By Christopher Miskimon

Stephen Decatur, captain of the USS Intrepid, sprang his trap under cover of darkness on the night of February 16, 1804. His crew had spent many hours sneaking into Tripoli harbor. During that time, their ship had drifted slowly toward the captured American ship USS Philadelphia.

His crew tied up next to the Philadelphia in a quest to capture her. He quickly realized that the ship was in no condition to sail. He decided to destroy the Philadelphia rather than let her remain the enemy’s prize. Armed with swords and pikes to avoid gunshots that would alert guards in harbor forts, the American sailors and Marines boarded and seized their target. The Americans moved swiftly through the ship setting fires as they went.

Decatur remained aboard the Philadelphia until he was sure the fire would consume Philadelphia; by then, the guards in the harbor forts had realized the ship was under attack. They fired their muskets at the Americans. Intrepid sailed out of the harbor 90 minutes later with its crew having accomplished their difficult mission. Decatur garnered famed for himself and for the fledgling U.S. Navy with this act of valor.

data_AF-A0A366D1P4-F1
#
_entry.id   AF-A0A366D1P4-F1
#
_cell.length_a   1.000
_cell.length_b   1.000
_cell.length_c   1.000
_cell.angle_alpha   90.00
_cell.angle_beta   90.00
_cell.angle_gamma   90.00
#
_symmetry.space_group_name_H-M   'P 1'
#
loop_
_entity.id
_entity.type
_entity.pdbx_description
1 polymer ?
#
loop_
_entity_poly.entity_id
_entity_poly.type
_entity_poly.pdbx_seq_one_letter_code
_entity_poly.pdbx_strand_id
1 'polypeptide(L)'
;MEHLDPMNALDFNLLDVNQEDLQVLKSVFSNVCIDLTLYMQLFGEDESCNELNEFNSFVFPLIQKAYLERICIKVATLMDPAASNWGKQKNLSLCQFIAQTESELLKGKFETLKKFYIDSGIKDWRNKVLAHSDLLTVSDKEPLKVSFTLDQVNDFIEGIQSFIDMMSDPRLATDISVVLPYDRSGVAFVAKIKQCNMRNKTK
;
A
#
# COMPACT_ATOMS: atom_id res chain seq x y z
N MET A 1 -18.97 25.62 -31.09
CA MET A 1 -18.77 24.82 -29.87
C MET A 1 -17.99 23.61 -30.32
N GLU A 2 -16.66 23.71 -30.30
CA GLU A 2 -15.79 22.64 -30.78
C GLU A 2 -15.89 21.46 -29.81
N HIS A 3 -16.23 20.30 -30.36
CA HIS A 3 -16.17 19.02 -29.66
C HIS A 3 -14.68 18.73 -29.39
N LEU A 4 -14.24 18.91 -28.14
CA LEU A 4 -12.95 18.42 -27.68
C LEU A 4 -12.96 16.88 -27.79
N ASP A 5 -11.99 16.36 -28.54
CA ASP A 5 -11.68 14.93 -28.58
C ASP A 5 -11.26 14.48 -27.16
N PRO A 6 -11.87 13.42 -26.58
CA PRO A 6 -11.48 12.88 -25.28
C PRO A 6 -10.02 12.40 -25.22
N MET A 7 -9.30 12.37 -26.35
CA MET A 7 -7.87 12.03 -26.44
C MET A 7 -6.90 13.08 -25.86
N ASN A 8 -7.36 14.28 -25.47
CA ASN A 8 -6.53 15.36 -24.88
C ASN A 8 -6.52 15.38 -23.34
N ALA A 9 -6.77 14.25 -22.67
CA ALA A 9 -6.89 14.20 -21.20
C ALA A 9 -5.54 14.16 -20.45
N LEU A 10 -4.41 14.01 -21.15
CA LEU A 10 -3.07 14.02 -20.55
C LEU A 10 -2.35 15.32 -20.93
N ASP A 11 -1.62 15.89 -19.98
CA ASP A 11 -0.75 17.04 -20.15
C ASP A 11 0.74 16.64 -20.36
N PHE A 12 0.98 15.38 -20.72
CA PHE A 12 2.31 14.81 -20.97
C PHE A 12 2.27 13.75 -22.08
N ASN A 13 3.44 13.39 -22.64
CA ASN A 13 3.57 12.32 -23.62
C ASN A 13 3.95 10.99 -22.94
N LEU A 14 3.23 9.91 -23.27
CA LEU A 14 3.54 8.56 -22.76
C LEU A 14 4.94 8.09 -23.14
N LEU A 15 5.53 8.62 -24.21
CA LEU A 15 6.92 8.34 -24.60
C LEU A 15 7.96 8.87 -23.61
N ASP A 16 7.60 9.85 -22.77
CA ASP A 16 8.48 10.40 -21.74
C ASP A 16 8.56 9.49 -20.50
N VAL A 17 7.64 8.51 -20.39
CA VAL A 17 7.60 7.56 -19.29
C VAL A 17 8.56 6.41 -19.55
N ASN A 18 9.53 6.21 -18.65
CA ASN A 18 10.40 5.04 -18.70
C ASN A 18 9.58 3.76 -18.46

Decatur is one of nine profiles of courageous naval officers in this new work, which examines acts of daring and decision making under conditions of the greatest danger and stress. The author uses his long experience as a naval officer to study each case. In so doing, he sets forth the key factors that influenced the leader and the difficult situations they faced. His prose is clear, readable, and free of jargon.

To Risk It All: Nine Conflicts and the Crucible of Decision (Admiral James Stavridis, USN (ret.), Penguin Press, New York NY, 2022, 323 pp., photographs, notes, bibliography, index, $28.00, hardcover)